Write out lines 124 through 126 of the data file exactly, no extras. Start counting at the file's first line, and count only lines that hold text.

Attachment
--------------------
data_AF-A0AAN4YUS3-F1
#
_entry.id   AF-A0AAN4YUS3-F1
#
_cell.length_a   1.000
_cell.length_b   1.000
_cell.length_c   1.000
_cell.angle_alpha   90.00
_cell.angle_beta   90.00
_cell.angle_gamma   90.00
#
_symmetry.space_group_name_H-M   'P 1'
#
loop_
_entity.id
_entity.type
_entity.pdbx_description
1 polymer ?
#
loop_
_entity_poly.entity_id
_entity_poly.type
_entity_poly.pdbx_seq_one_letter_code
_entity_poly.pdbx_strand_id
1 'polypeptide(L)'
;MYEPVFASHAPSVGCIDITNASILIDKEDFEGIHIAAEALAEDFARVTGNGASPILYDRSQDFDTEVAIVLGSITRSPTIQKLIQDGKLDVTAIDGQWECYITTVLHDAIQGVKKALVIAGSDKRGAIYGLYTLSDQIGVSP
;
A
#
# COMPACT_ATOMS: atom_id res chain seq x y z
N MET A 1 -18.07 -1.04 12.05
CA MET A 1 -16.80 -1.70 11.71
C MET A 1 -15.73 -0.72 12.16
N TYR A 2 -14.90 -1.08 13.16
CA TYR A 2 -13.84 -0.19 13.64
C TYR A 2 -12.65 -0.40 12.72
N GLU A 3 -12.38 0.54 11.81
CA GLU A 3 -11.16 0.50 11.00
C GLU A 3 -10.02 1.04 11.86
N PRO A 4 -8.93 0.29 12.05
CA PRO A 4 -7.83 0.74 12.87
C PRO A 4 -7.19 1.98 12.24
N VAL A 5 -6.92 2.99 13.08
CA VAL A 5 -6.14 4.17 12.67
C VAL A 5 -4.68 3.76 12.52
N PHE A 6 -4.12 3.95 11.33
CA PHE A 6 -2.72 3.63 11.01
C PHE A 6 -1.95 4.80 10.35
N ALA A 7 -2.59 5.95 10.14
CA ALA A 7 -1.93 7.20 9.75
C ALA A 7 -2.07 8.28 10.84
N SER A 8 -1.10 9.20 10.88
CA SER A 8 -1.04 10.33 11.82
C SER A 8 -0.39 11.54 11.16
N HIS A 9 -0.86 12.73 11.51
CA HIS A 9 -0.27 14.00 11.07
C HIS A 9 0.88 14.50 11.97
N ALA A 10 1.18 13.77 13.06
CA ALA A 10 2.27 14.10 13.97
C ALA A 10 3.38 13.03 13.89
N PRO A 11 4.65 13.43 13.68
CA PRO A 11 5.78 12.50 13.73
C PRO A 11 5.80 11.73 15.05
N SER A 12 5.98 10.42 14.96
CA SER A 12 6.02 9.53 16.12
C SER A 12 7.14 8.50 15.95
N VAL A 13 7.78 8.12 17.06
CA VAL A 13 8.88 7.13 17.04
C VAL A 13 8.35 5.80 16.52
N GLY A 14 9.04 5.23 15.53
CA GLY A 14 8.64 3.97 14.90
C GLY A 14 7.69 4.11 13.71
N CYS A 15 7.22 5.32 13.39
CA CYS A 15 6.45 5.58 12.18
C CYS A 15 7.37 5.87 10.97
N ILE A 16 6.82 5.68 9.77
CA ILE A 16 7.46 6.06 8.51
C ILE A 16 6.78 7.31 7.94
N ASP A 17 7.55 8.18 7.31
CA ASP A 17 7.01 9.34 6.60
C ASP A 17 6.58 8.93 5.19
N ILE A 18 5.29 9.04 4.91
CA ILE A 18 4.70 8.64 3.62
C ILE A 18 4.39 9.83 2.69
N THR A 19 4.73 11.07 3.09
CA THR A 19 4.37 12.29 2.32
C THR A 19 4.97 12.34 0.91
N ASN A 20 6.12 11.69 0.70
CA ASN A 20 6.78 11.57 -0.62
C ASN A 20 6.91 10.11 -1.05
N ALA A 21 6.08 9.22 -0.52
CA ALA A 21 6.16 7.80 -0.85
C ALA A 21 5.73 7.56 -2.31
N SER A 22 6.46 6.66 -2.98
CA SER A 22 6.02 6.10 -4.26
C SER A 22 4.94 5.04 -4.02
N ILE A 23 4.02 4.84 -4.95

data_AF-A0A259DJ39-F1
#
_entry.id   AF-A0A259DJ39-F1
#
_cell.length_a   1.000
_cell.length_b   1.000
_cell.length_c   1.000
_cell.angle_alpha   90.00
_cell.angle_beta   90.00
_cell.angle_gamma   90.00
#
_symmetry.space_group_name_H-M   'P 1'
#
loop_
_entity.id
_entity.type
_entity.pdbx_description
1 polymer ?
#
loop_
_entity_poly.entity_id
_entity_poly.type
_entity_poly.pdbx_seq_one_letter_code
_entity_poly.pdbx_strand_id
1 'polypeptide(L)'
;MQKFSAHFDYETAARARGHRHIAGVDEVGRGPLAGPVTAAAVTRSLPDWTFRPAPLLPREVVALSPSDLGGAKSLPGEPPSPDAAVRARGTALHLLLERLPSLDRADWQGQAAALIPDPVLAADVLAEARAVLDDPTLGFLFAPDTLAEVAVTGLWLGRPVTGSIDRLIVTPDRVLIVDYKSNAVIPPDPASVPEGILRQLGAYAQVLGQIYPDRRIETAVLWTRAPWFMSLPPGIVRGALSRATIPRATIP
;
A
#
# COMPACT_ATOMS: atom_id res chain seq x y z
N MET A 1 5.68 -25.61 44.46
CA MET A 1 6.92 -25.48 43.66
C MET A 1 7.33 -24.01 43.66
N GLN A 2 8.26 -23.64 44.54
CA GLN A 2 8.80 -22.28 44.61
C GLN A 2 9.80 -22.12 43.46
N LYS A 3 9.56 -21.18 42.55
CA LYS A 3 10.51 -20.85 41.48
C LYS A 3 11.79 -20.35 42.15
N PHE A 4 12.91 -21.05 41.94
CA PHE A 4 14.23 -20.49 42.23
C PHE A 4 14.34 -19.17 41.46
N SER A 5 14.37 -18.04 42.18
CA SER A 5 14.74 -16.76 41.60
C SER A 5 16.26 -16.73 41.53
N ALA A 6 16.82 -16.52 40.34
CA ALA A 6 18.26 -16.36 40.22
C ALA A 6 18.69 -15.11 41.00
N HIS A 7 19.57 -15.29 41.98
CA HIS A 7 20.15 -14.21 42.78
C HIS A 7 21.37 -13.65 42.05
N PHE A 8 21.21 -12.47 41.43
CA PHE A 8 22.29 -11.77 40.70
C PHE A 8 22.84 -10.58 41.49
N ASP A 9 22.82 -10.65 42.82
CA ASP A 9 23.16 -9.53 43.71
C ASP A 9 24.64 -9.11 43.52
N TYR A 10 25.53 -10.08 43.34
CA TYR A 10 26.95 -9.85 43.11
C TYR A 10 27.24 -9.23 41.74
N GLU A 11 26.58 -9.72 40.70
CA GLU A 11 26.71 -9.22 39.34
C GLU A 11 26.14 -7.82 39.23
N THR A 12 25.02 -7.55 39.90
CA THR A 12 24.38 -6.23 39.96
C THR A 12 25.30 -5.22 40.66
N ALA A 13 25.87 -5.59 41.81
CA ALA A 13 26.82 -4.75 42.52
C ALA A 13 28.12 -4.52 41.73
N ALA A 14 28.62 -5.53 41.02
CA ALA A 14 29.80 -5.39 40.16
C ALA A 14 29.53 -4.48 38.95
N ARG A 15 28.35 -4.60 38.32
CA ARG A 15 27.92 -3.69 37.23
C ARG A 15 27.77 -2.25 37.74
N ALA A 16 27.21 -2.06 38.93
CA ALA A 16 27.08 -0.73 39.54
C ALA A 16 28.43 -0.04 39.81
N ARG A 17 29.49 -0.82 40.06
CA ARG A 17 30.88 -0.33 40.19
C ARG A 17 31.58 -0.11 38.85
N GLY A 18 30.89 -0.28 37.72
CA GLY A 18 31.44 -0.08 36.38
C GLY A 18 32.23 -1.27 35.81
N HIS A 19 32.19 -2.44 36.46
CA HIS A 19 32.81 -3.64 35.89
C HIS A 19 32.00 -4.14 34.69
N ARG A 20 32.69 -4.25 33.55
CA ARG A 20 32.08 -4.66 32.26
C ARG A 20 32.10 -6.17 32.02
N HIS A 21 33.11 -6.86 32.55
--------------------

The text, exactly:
;
A
#